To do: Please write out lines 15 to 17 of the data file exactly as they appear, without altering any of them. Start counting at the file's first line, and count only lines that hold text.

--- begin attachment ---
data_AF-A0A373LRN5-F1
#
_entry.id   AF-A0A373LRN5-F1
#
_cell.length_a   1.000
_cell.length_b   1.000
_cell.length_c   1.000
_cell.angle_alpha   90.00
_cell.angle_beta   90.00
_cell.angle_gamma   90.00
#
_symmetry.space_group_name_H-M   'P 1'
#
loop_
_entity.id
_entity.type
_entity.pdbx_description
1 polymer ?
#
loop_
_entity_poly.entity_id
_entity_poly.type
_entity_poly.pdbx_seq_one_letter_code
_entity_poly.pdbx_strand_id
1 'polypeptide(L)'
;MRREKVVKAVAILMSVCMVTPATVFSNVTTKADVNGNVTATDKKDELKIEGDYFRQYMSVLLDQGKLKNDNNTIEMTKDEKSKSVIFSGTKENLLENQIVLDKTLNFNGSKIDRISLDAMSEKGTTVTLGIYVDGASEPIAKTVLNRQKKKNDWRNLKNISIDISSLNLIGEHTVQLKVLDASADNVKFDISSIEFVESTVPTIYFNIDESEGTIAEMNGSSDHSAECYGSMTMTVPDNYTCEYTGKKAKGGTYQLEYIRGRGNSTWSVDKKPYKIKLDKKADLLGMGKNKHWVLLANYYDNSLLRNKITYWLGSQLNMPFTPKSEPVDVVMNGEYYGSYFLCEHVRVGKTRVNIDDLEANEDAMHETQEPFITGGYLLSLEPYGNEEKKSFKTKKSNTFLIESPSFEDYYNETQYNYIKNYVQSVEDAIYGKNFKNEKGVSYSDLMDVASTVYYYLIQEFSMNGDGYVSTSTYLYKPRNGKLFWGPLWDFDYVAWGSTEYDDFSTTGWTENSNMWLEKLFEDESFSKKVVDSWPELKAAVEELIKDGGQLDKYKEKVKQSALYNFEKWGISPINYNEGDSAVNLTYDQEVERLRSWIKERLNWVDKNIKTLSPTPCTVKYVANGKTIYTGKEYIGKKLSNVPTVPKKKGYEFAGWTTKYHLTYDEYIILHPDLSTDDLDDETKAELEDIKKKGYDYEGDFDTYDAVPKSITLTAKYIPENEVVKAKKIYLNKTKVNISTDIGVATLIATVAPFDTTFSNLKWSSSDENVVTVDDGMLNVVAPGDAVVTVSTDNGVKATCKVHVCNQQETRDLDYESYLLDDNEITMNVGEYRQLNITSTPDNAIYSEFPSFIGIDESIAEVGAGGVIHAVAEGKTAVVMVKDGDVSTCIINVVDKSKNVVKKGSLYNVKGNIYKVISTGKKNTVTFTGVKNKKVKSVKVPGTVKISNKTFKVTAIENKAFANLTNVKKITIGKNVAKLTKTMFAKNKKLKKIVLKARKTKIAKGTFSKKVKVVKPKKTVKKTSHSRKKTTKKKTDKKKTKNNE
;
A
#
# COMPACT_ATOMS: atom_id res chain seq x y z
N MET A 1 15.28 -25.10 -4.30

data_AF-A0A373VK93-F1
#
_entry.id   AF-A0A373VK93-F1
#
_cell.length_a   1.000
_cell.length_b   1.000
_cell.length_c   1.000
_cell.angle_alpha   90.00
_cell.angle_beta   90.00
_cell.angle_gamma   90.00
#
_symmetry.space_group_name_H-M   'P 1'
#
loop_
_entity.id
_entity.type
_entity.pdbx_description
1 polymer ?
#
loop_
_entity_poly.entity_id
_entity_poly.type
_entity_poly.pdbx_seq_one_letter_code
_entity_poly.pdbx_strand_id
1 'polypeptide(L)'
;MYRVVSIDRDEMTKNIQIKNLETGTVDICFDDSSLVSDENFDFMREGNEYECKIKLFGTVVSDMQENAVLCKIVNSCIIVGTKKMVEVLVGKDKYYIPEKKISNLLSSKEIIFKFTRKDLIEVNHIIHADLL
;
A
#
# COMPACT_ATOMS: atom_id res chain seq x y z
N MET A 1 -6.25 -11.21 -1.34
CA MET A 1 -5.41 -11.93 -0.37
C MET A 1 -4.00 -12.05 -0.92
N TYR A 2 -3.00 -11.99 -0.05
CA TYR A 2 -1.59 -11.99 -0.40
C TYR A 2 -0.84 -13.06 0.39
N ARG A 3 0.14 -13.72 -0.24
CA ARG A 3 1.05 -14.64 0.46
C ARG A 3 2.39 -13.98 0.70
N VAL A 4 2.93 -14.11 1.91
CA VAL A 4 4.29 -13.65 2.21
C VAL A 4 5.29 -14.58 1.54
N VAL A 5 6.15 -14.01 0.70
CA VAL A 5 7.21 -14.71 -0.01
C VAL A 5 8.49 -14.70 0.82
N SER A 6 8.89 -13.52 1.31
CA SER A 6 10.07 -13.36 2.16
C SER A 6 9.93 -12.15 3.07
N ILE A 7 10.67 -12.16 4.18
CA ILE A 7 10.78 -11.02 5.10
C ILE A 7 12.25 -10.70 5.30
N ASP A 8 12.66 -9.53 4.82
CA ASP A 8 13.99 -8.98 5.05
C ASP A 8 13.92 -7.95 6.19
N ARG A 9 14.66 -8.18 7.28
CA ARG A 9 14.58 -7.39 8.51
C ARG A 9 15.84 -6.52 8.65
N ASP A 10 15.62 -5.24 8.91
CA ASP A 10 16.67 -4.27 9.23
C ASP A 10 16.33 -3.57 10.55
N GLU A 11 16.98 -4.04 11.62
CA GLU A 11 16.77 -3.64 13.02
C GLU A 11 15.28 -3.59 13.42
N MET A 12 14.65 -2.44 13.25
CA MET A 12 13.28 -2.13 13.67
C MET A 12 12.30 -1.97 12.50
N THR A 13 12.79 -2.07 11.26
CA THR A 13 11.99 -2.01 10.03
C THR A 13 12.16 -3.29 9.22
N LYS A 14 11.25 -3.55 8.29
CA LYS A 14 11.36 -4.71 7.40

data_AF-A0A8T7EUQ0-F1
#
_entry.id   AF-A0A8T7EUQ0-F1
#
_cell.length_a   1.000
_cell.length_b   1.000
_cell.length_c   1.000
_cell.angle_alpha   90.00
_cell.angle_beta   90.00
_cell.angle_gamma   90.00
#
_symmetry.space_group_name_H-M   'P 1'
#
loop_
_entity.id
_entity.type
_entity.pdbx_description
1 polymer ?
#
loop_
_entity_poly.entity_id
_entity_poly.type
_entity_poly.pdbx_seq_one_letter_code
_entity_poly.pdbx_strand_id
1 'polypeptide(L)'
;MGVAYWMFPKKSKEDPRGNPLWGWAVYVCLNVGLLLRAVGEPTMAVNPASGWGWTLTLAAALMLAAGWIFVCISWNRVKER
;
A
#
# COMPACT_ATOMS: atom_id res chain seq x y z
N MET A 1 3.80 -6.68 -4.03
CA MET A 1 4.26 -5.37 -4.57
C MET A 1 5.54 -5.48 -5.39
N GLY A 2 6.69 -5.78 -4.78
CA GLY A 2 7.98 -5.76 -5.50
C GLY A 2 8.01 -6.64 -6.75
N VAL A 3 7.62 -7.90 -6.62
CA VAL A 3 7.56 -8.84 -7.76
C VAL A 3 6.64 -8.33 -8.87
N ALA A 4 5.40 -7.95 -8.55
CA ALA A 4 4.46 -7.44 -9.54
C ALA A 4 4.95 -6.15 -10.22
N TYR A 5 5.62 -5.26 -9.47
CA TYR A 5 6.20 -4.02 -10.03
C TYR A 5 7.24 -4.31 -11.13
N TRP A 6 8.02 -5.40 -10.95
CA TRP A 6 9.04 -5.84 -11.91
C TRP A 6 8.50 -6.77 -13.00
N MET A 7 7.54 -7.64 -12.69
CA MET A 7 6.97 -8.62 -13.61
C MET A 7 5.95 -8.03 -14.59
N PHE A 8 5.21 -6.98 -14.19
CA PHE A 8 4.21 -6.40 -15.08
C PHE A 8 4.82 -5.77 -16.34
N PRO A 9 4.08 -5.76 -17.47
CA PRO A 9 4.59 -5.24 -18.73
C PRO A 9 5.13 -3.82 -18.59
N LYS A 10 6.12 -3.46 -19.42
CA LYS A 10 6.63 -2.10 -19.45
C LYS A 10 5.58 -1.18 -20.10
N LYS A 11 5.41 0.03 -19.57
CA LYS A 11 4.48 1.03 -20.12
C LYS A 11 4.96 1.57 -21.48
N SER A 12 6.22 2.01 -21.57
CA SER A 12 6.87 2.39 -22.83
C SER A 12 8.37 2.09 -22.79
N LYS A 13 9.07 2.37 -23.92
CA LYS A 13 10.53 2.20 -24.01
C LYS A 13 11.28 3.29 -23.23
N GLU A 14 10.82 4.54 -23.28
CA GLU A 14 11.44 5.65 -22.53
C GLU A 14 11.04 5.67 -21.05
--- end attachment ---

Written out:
_entity.id
_entity.type
_entity.pdbx_description